You may have heard of the 4% rule as it pertains to retirement. It goes like this: If you begin retirement withdrawing 4% of your savings and adjust each following year’s withdrawals for inflation, your money should last 30 years. It may be the most widely accepted and most often cited rule of personal finance. Fewer of us, though, are familiar with the other 4% rule. I admit, it’s not something I was aware of until recently, but the implications of it have further solidified my beliefs about the most appropriate way to invest. In January of 2017, Hendrik Bessembinder,
Working closely with people and their money for almost 35 years, I’ve seen and learned a great deal about human behavior. As doctors observe the physical impact of bad health habits and counselors uncover the personal and relational damage of bad life choices, caring advisors contend with damage done to lifestyle by bad financial decisions. We humans like to think of ourselves as intelligent, objective, and rational beings and in control of the things most important to our lives. But in fact, we are in control of very little. Far more of our financial decisions are made subjectively and emotionally than we
Just yesterday, following a conversation with a client, I experienced an all too familiar tug, not unlike the one an alcoholic might feel at a cocktail party, when the smell of alcohol is rich in the air and that drink is but an order away. During our conversation I learned that Amazon AMZN was now up 21% for the year so far. The broad stock market is up 5.7% by comparison
Today’s Brief is inspired by Seth Godin’s blog entitled How to talk about your project. We’ve taken the liberty of broadening Seth’s focus from project to “life goals.” Like Seth encourages his readers to look beyond marketing, we encourage you to think big picture, of purpose, life goals, and how you communicate them ‘strategically, to yourself, your partners, your coaches and your investors (yes you have investors).’
Evidence is mounting that the US economy is not immune to the contagion of the global economic slowdown. The Commerce Department announced today that the US economy expanded at an anemic (seasonally adjusted) 0.7% in the fourth quarter. This compares to advances of 2% in third quarter and 3.9% in second quarter of last year. Some argue that seasonal adjustments currently used by government statisticians do not reflect the evolving economy, but it’s hard to see how the economy escapes the downdrafts of global slowing, an unprecedented drop in oil prices and a surging dollar.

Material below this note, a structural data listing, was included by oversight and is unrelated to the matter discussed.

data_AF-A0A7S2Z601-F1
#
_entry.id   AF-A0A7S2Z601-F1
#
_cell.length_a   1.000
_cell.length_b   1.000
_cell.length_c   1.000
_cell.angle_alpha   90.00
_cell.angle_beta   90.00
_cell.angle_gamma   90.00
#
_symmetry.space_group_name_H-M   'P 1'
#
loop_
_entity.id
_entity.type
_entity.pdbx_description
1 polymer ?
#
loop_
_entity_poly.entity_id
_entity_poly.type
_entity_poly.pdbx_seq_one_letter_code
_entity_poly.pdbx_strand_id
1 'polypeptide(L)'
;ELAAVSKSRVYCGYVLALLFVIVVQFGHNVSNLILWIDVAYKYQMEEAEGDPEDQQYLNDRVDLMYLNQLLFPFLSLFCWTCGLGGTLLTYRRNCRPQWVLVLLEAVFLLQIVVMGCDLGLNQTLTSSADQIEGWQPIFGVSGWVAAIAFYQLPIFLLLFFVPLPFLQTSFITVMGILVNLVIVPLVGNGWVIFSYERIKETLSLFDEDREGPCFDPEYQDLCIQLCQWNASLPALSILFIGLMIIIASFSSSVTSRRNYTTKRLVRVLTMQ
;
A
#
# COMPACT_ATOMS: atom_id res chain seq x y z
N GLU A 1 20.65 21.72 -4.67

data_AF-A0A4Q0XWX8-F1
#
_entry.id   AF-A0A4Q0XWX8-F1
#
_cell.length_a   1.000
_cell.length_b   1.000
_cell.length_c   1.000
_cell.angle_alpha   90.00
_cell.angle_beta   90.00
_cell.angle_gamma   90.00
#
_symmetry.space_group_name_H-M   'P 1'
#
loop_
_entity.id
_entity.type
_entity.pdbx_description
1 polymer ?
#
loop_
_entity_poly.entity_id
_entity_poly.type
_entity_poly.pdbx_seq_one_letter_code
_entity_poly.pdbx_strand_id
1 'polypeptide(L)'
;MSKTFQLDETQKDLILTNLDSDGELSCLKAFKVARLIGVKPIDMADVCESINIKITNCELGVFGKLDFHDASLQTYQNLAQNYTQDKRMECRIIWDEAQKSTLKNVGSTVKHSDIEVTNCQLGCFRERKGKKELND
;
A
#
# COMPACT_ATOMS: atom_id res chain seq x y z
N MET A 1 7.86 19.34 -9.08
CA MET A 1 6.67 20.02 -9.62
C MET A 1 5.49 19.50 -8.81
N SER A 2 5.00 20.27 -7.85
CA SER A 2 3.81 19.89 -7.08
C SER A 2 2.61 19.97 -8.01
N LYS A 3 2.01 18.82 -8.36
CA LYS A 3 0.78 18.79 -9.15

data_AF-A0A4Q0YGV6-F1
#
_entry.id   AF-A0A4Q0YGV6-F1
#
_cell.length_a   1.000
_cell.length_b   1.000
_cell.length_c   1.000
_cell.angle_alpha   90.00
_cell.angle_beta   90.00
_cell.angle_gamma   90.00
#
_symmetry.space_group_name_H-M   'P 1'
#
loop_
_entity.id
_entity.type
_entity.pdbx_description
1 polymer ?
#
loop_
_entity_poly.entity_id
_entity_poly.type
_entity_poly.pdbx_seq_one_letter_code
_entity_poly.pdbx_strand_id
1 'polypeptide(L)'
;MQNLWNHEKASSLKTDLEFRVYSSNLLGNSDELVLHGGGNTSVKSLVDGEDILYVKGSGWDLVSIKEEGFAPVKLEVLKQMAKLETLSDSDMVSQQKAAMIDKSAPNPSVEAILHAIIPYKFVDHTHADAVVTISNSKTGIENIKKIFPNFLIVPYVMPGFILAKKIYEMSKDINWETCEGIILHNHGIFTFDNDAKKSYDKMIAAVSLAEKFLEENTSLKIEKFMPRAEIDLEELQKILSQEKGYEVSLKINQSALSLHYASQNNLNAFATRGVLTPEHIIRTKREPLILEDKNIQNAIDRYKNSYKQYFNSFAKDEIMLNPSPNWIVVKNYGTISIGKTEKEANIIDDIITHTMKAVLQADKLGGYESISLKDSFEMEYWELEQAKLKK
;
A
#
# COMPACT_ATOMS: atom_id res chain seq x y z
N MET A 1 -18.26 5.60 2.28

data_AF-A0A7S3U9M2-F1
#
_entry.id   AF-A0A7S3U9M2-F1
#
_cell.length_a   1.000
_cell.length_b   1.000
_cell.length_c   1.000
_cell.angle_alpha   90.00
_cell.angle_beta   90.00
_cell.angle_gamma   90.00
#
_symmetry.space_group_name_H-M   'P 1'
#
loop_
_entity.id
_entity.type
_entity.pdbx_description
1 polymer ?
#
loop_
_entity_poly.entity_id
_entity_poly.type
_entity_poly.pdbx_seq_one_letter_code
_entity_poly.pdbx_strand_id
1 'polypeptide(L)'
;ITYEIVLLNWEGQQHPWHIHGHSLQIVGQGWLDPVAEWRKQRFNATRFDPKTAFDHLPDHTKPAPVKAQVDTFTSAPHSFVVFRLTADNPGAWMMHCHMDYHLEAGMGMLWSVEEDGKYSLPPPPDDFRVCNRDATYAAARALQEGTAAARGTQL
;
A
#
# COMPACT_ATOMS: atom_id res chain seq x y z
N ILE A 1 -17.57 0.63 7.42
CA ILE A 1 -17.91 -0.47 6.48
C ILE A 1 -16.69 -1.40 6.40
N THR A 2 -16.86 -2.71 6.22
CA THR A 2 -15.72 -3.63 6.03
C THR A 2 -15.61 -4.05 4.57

“People call it luck when you’ve acted more sensibly then they have.” Amy Tan When we invest or expend money to make a profit, we start from one of two vantages: Confidence or Luck. The first requires effort, competence, and a thorough understanding of what is controllable and what is not controllable and we plan contingencies for those things that are not controllable. The second perspective is the veritable flip a coin. Luck-dependent investment decisions are based on things like past performance, colorful brochures, and influential arguments.
We are big fans of Seth Godin at Beacon. As a marketing genius, his focus is centered in that industry, but many of his writings are much more broadly applicable. Not long ago a friend and client asked us to review an indexed life insurance product that his buddy, we’ll call him Bob, was near zealous over. Bob was so enamored with the promises of the insurance policy that he was even considering changing careers to sell it. A change of some kind was forced on him because he had just been laid off at 50 from a high-level executive position with a major
Have you seen how much movie tickets cost these days? Expensive enough that when I went to the movies last week, I felt very acutely what behavioral economists call the “pain of paying.” Ouch. As I handed my credit card to the cashier inside the plastic bubble, I wondered, “How much will these things cost in 24 years?”
When confronting the question of retirement spending, the most commonly used strategy is known as the 4% Rule. It is based on the premise that you can withdraw 4% from a well-diversified, balanced (60% equity/40% bond) portfolio and feel comfortable that your money will last as long as you do. For example, if you determined that you needed $40k in addition to social security for retirement spending, the 4% Rule would suggest that you’d need to start with a $1M dollar portfolio. While this may be a decent rule of thumb and an easy way to plan for retirement on a cocktail napkin recent studies